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More Students Being Home Schooled In State

Enrollment data released earlier this week from the Office of Public Instruction shows there’s been an increase in students seeking private or homeschooled instruction and a decrease in public school enrollment for the 2023-2024 school year.

Public K-12 students decreased by 1,988 students, or 1.3 percent, this year and the nonpublic enrollee population grew by 403 students or 2.4 percent. The number of homeschooled kids, factored in the nonpublic enrollment, rose by more than 9 percent in the last year.

Superintendent Elsie Arntzen attributes the shift in part to families wanting to homeschool their children.

“Like all Montana families, our public school districts are facing budget constraints due to increasing costs and inflation. Montana schools must prioritize student learning in their budgets as this decrease leads to fewer state dollars,” Arntzen said in a statement.

The state’s public school funding formula depends on student enrollment numbers– called the “Average Number Belonging” calculation. As populations decrease, that means less funding for public schools in the state — one factor in the budget cuts school districts are facing.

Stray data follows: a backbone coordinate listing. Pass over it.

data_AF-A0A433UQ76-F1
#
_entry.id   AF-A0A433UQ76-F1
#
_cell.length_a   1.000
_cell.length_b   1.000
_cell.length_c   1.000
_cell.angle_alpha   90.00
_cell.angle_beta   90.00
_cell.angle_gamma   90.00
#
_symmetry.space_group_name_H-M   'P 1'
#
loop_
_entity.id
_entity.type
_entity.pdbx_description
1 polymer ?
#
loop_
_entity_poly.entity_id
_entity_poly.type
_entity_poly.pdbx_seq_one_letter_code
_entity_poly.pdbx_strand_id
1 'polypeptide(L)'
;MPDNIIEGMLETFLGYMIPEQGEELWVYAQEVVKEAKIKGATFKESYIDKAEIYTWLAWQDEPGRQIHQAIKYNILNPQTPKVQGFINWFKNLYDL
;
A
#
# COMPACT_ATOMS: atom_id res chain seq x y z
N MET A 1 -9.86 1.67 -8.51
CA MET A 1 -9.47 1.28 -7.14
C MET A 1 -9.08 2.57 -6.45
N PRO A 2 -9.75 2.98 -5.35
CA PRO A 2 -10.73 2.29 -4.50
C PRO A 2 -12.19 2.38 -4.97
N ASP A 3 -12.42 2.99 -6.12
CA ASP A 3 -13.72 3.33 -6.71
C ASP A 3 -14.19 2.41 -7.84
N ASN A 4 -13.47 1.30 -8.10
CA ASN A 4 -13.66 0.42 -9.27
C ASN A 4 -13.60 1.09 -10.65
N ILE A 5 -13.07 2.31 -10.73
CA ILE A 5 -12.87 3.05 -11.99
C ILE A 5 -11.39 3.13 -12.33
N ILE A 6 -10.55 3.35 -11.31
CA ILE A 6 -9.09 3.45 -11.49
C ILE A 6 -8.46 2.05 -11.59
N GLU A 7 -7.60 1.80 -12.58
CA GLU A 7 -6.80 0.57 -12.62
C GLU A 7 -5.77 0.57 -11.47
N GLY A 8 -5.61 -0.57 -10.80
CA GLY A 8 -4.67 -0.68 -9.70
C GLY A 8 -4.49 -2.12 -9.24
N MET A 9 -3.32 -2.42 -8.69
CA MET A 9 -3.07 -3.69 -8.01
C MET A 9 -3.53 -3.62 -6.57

While there was a slight decrease in public school enrollment this year, when looking at the last four years, there has been an overall increase in enrollment, with nearly 3,000 more public school students enrolled since 2021 for a total of 148,585 students in 2024.

There’s been a slight decrease in nonpublic school enrollment since 2021, with the department reporting there 360 less enrollees in 2024 than in 2021.

More recently, between 2023 and 2024, there was a decrease of 382 students (marking a 3.6 percent change) in private school and a 725 increase in homeschools students (up by 9.3 percent). But there’s about the same total number of private school students and homeschooled students in the state, at 8,584 and 8,524 respectively.

School districts across the state are cutting their budgets or asking voters to levy taxes to help maintain their operating budget. These cuts have largely been attributed to funding losses from a decline in enrollment during more than two decades, coupled with the drying out of pandemic era federal funding.

Public school enrollment peaked in the late 1990s in Montana at about 165,500 students, 17,000 more than current enrollment.

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